It makes a lot of sense to consider annuities for retirement income, as they're designed to deliver regular infusions of cash to you automatically. Making mistakes when buying an annuity can be costly, though, diminishing your financial security. Here are five valuable tips regarding annuities.
Know your annuities
First, it's important to know that there are different kinds of annuities so that you can choose the kind that's best for you. For example, annuities can be immediate or deferred (paying you immediately vs. starting at some point when you're older), fixed or variable (certain payouts vs. payouts tied to the performance of the market or part of the market), lifetime or fixed-period (paying until death or paying for a certain span of time), and so on.
Some annuities, such as indexed annuities and many variable annuities, are problematic and unsuitable for many people, as they charge steep fees and/or carry restrictive terms. The Securities and Exchange Commission has warned, "For most investors, it will be advantageous to make the maximum allowable contributions to IRAs and 401(k) plans before investing in a variable annuity." Indexed annuities, meanwhile, feature major drawbacks such as capped returns. If your annuity bases its return on the S&P 500 and features a 4% cap, the S&P 500 might surge 20% in a given year, but you'll only get a 4% gain.
On the other hand, fixed annuities, whether immediate or deferred, are smart options for many retirees or those approaching retirement. You pay an insurance company or financial services company a lump sum (or installments), and in return, you receive payments -- now or later. The payments are often monthly, but can be quarterly, annually, or even a lump sum. They can last for a fixed number of years or for the rest of your life.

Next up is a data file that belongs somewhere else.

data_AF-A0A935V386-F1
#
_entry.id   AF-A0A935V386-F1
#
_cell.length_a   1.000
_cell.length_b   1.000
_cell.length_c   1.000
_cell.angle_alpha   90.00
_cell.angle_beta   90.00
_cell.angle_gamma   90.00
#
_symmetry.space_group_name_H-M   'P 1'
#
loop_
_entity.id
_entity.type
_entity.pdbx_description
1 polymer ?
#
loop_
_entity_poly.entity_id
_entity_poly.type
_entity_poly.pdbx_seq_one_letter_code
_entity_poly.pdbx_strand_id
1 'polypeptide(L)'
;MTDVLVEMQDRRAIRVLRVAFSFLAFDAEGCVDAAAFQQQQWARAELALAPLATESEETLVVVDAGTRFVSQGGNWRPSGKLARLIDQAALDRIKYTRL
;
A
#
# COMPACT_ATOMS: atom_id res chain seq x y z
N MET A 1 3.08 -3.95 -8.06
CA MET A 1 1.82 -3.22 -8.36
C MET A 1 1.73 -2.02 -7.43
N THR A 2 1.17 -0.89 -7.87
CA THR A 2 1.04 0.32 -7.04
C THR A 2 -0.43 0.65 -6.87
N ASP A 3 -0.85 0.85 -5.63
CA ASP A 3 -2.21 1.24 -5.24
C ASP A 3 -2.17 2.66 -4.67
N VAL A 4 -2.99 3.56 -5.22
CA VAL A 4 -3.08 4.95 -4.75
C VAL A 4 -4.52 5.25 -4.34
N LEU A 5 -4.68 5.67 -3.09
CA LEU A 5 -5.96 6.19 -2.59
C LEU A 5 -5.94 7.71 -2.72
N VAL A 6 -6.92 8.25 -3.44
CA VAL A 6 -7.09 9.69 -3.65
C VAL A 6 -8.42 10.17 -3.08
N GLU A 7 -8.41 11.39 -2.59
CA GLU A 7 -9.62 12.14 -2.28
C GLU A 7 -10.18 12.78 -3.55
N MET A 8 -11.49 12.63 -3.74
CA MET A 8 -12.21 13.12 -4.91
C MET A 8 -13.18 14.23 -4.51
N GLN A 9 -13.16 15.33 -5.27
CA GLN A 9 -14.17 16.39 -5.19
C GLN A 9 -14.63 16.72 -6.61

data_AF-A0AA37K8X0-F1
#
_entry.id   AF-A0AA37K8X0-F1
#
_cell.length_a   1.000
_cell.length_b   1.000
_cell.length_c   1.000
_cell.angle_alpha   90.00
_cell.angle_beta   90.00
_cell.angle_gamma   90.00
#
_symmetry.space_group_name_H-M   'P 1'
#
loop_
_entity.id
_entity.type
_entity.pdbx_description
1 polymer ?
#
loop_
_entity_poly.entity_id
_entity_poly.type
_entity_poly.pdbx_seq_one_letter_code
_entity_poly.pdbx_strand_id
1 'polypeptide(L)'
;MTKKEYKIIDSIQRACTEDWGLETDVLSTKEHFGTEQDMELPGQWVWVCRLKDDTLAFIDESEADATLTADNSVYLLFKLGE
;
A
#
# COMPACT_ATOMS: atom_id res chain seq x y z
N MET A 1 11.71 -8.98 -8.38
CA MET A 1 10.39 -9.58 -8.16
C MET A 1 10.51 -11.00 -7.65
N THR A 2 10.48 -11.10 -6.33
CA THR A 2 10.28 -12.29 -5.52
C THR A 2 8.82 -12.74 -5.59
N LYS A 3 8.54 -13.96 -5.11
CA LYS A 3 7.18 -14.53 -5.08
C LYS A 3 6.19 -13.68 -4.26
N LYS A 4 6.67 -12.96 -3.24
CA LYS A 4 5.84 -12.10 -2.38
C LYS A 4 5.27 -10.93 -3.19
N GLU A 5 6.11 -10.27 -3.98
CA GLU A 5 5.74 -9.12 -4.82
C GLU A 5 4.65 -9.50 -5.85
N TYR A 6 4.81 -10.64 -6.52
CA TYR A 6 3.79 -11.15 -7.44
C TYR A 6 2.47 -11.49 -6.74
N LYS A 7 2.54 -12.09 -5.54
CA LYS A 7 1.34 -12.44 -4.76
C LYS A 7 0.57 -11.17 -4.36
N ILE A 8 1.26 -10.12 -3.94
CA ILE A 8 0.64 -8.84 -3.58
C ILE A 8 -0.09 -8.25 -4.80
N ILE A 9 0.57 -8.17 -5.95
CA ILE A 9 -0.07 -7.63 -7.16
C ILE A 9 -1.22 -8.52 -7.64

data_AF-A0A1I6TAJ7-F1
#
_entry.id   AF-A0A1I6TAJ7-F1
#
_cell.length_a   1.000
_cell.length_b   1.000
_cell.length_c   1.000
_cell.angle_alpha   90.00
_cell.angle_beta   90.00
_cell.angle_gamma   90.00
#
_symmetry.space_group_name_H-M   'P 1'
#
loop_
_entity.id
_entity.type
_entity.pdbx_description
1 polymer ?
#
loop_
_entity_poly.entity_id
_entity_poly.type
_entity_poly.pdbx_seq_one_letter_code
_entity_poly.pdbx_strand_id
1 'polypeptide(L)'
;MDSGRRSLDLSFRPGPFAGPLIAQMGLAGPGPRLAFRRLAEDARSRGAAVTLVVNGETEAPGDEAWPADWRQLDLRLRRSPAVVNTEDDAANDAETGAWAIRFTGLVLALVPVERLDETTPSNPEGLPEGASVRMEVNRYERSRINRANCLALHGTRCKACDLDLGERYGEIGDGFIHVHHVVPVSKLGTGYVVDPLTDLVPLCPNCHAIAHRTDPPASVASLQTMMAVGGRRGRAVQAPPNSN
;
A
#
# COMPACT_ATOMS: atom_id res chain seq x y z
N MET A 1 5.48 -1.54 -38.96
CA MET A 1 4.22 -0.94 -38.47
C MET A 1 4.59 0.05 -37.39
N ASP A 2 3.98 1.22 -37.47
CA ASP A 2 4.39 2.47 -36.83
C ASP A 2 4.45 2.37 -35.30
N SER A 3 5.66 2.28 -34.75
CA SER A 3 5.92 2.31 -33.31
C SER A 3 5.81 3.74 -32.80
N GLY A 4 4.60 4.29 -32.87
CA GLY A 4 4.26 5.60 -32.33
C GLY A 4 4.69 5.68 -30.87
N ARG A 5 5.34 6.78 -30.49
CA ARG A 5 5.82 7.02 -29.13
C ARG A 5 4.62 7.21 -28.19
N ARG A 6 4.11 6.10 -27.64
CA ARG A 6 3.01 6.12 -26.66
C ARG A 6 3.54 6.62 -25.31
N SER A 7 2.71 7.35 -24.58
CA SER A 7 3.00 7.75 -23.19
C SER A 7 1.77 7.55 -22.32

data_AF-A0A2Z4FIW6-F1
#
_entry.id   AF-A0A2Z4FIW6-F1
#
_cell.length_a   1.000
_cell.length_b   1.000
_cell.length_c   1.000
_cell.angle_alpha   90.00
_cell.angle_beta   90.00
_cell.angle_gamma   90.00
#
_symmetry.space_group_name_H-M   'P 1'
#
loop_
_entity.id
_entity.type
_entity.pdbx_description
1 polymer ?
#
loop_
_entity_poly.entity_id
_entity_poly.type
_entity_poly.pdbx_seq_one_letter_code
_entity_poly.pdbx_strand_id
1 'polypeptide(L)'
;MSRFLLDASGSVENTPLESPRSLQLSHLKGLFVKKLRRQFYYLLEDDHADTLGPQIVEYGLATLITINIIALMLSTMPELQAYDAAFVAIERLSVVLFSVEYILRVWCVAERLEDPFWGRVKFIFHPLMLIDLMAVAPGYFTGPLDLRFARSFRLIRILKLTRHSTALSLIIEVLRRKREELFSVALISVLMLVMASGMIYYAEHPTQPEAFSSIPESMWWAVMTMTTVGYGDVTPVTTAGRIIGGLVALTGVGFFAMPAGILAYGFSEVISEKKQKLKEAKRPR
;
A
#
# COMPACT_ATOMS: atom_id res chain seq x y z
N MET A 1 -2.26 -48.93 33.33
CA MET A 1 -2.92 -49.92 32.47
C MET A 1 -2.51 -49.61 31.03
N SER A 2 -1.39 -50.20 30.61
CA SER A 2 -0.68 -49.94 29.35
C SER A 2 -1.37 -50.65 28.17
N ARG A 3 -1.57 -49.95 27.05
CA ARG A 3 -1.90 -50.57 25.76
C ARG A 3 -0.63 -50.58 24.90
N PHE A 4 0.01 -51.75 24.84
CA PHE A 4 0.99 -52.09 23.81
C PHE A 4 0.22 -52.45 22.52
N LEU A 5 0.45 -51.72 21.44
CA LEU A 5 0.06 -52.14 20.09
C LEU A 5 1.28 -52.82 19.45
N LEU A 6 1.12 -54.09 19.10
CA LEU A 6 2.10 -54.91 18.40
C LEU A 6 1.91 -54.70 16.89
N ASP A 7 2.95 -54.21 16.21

Pay a little extra (or accept smaller checks), and you can have your payouts last until your spouse's life ends, too, and/or be adjusted to keep up with inflation over the years. As an example, $100,000 can buy a 70-year-old man about $640 per month, or $7,700 per year. A $300,000 purchase can generate about $23,000 annually.
Consider a deferred annuity
If an immediate fixed annuity doesn't seem to fit your needs, consider a deferred fixed annuity (sometimes called longevity insurance), which doesn't start paying immediately. Instead, the insurer agrees to start paying at a future point, such as when you turn a certain age.
A deferred annuity can be a great protection against the risk of running out of money late in life. For example, if you're rather sure that you have sufficient income for at least 20 years, you might buy a deferred annuity today that will start paying you in 15 or 20 years. Deferred annuities cost less than immediate annuities, as they let the insurance company invest your money for a long time before beginning to pay you. As an example, a 70-year old man might spend $50,000 now and get a deferred annuity that pays him about $850 per month for the rest of his life, beginning in 10 years.
Stick with highly rated companies